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Ghati Nyehita

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Ghati Nyehita

Ghati Nyehita is an advocate of the High Court of Kenya and a doctoral candidate at the University of Cape Town. She is an Open AIR Queen Elisabeth Scholars – Advanced Scholars Fellow, exploring the extent to which copyright law either restricts or expands the possibility that the maker movement in South Africa will contribute to growth of informal sector innovation. Particularly, she is examining how South Africa can leverage copyright law as a tool for inclusion of women, girls, and marginalized groups into the innovation paradigm.

Before joining Open AIR, Ghati clerked for Chief Justice Shivute of the Supreme Court of Namibia, worked as an associate at a boutique law firm in Kenya, and was a researcher at the Democratic Rights and Governance Unit in South Africa. She supports initiatives that facilitate free and open access to legal resources, working as the Managing Editor at the African Legal Information Institute. Her career goal is to reinstate creative and cultural industries as significant contributors to sustainable development in Africa.

QES-AS Research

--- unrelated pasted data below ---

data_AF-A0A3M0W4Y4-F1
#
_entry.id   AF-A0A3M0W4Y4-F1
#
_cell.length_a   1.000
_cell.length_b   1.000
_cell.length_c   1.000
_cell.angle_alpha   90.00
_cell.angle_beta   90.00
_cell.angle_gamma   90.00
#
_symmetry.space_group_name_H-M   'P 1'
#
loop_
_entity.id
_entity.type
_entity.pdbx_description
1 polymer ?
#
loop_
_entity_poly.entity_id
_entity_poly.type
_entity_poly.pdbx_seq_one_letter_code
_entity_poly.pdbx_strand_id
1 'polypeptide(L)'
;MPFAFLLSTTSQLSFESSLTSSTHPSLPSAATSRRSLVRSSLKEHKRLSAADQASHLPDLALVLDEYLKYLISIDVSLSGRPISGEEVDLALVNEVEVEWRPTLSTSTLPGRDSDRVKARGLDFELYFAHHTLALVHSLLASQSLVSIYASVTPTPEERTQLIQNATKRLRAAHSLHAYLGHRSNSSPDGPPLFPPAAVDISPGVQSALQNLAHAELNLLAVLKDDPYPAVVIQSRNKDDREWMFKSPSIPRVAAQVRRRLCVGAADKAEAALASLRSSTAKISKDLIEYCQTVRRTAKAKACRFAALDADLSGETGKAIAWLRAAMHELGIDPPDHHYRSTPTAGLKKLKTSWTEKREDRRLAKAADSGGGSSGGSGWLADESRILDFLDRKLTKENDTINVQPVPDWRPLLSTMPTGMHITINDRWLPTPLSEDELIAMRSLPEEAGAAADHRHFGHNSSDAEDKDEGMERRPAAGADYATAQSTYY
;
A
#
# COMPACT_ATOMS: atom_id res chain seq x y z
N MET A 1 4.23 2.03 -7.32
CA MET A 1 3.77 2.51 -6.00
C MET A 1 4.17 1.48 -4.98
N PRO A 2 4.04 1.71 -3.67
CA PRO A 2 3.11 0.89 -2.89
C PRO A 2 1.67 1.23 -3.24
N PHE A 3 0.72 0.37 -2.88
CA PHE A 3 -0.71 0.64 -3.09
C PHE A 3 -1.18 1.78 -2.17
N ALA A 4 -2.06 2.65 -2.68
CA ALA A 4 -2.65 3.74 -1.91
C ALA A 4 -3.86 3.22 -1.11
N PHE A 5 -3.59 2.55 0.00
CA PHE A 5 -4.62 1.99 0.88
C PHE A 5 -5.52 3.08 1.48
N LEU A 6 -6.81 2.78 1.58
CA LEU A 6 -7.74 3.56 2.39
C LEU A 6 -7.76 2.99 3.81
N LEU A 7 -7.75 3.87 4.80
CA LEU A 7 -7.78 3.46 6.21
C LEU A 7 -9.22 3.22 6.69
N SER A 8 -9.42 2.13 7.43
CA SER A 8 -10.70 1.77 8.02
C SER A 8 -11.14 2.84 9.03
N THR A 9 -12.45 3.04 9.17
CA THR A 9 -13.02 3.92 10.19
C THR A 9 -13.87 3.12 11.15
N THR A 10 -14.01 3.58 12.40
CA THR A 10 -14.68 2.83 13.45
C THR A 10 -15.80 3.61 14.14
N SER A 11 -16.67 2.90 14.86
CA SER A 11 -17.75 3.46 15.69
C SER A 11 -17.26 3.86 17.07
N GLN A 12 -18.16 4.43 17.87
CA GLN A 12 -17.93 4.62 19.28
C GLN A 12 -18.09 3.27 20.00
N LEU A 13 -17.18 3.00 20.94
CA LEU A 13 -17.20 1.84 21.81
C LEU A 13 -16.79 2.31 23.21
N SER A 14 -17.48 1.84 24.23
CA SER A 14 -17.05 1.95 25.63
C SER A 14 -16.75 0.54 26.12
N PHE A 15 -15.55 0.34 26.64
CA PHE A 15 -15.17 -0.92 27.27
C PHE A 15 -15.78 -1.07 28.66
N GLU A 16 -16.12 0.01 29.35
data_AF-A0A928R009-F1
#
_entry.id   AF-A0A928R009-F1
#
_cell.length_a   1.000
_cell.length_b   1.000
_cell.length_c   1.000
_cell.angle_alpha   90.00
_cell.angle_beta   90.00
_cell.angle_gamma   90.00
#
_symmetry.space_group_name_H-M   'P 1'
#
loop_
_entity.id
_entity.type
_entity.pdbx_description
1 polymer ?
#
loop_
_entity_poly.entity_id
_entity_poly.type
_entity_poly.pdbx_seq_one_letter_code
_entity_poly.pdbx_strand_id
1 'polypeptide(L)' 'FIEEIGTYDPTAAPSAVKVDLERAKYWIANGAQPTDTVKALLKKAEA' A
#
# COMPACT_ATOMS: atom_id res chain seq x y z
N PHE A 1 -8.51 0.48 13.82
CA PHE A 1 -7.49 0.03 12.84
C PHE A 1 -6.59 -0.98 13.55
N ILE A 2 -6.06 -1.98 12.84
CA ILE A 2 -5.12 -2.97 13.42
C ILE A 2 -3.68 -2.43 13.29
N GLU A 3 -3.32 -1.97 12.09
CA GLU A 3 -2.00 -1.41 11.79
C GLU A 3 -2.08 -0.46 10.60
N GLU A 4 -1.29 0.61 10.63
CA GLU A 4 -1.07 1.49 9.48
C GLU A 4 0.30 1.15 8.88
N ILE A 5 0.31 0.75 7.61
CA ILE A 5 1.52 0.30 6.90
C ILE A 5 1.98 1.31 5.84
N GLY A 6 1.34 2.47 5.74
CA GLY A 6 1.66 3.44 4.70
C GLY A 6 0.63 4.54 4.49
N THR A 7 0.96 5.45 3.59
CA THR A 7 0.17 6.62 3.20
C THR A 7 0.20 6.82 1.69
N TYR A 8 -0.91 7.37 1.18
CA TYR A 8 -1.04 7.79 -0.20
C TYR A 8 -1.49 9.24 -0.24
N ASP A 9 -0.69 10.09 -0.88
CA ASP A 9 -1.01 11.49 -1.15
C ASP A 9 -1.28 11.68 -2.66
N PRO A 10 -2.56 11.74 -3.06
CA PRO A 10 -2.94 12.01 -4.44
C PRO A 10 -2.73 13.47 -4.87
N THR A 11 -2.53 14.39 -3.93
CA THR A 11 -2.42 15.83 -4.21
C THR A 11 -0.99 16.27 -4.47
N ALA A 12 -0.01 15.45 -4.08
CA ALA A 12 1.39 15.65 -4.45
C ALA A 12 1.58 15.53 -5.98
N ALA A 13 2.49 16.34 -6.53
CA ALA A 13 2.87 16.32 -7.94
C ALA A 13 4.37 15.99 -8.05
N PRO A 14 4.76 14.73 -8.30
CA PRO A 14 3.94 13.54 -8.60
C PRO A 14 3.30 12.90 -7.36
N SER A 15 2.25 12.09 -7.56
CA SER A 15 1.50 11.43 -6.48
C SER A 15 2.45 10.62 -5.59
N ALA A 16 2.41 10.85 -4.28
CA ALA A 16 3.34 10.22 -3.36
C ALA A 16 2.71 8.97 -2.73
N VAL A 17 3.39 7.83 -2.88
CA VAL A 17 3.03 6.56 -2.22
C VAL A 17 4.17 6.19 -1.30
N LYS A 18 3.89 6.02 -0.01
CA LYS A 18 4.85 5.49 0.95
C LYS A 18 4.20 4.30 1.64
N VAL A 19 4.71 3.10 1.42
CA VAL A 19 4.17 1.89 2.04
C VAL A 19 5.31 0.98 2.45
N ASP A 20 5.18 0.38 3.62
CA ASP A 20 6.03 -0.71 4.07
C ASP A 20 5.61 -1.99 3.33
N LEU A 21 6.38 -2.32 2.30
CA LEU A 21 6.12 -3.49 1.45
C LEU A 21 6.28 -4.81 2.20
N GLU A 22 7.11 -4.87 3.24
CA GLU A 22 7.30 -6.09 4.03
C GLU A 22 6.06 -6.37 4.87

Ghati Nyehita’s research draws upon a case study of three makerspaces in Cape Town, conducted between April and June 2021. It discusses the intersection between the maker movement and Intellectual Property (IP) laws in the context of empowering racialized/marginalized women in South Africa. A notable finding was that gender inequality and marginalization can positively influence development by providing incentives for innovation and creativity. Innovation and creativity often takes place outside conventional structures of research and development, like makerspaces. The makerspaces are not necessarily focused on women’s empowerment but provide greater opportunities for inclusion of women into the innovation paradigm. They therefore play a major role in catalyzing creative thinking, innovation capacity, and social entrepreneurial skills amongst racialized/marginalized women in South Africa. IP laws, on the other hand, restrict the extent to which the maker movement in South Africa contributes to empowerment of racialized/marginalized women. This is likely a result of the ‘gender blind’ provisions which fail to reflect the innovative acumen of women. As a solution, Ghati’s research proposes a gender responsive IP system and explores what this would mean for South Africa.